Literary Influences

I am always thinking about how authors have shaped me, as a person and as a writer. Every so often I write a line of dialogue or use a turn of phrase, look at it, and realize that’s not me, it’s another author speaking through me.

I’ve tried to go for non-obvious options (so not Riordan, Colfer, Rowling, Lewis…) and steer towards subtler influences. I find it endlessly fascinating (and a little upsetting) that something which rocked my world to the core didn’t touch another’s life.

Naturally, most of them are concentrated in my childhood, which is why I personally believe MG and YA to be some of the most important literature out there. In no particular order, and with no discrimination towards genre, here are five authors + books to whom I owe quite a bit.

  1. Diane Duane and the Young Wizards Series: the dregs of Duane’s writing will probably be forever apparent in my own, in both tone and theory. I have met one other physical person who has read these books not of my urging, a beloved religious studies professor and kindred spirit.
  2. Wendy Mass and Jeremy Fink and the Meaning of Life: the first realistic fiction book that really made me stop and think dang, that was a good book.
  3. Pat Murphy and The Wild Girls. This book had a level of influence on my life and writing that I cannot quite comprehend. I keep finding plot elements of it that I’ve subconsciously incorporated into my writing. It’s a book about a girl learning to write, which can be hard, but it’s also much, much more than that.
  4. Elizabeth Kay and The Divide series: a cooler feat of magical worldbuilding I have yet to find. The ending devastates me to this day, but in a good way.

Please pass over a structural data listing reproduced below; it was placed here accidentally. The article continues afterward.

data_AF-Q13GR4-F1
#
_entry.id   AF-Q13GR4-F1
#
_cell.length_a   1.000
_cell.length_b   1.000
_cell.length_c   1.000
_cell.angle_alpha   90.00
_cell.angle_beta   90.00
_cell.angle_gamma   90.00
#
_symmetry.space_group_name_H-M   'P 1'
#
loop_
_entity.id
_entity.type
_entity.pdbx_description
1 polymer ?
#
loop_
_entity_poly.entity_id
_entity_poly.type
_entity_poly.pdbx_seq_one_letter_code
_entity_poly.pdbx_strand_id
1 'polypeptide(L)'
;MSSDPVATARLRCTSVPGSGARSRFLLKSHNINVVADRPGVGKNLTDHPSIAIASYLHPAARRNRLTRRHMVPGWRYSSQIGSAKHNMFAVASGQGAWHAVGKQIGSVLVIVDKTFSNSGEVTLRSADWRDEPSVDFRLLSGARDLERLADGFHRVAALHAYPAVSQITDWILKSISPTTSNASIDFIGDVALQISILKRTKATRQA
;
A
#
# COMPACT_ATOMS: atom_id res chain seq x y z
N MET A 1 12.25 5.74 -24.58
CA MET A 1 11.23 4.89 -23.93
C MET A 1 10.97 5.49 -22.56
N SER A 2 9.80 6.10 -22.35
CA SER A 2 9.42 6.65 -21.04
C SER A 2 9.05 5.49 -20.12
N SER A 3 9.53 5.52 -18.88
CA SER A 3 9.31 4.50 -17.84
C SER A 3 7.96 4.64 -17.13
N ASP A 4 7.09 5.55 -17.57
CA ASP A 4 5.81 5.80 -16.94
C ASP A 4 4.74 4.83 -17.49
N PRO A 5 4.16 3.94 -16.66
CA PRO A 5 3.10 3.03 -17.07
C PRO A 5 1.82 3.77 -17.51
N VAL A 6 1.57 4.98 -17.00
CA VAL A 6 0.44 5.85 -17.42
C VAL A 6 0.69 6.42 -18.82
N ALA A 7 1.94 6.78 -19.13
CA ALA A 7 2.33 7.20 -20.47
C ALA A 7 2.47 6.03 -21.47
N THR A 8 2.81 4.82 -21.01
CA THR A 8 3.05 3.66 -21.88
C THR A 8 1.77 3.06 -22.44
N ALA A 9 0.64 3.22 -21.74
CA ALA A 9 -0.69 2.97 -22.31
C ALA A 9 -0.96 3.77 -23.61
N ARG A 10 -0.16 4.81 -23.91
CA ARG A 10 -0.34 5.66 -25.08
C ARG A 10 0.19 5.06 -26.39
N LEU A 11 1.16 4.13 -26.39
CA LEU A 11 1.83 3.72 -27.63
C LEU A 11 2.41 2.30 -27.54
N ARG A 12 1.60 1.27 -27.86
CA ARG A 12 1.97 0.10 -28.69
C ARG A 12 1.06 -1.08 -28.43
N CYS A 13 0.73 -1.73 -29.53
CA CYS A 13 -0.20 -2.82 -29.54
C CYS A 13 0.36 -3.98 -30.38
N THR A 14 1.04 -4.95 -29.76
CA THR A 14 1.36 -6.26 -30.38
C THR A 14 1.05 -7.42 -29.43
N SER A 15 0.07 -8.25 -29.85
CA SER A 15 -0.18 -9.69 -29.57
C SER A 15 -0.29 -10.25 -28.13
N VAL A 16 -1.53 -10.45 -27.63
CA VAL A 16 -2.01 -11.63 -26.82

5. Francis Hardinge and Fly by Night: this book was my artistic muse as a child. I really do need to re-read it. I am left with the barest memories of geese, musty books, and a claustrophobic city.

I have of course read more books that have profoundly impacted me, and I hope I never stop meeting them along the way. But childhood books are different. They get you while you’re still malleable, and they change you. It’s kind of magical.

✴This has been a queued post, as I am currently in the Amazon with no Wifi.

 

 

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Review: The Head of the Saint

head-of-the-saint-cover

I have officially read 3 of the 5 books I swore to read in 2017.  I just finished The Head of the Saint by Socorro Acioli. I have been attempting to obtain this book for a year now, and I finally caved and bought it online. I discovered that during that year, while I ruminated on how much I wanted to read it, I unknowingly wrote the book in my head. I only realized I had this when I was confronted, within the first two chapters, that the book is nothing like I expected it to be–in an excellent way.

Our protagonist Samuel is on a mission to fulfill the last request of his dead mother–to go back to her hometown and find his father. He arrives there with less than the clothes on his back, and takes refuge in the head of a giant statue of Saint Anthony, where he discovers he can hear the prayers of women looking for love.

Acioli tells this tale in a roundabout, matter-of-fact sort of way that I haven’t run into before. The understated way the story is written masks the bizarre nature of the occurrences in this small town, so that the reader almost does not realize anything is out of the ordinary.

I enjoyed this book a lot, finishing it in an afternoon. I did feel that Samuel’s characterization was inconsistent, and all other characters were exceedingly flat. It felt at points like I was reading about a boy navigating a town of stock characters, static and predictable.

But that was not enough to put me off the novel, and I was effectively immersed in the Brazilian town of Candeia. One notable detail are the names of the characters: every one of them was charming and offbeat, especially Madeinusa, whose father mashed together the beautiful phrase ‘Made in USA’.

I’m also glad that I read the ‘about’ section, because it turns out that Acioli developed this book at a workshop led by Gabriel García Márquez, who handpicked her based on her story synopsis. WHAT.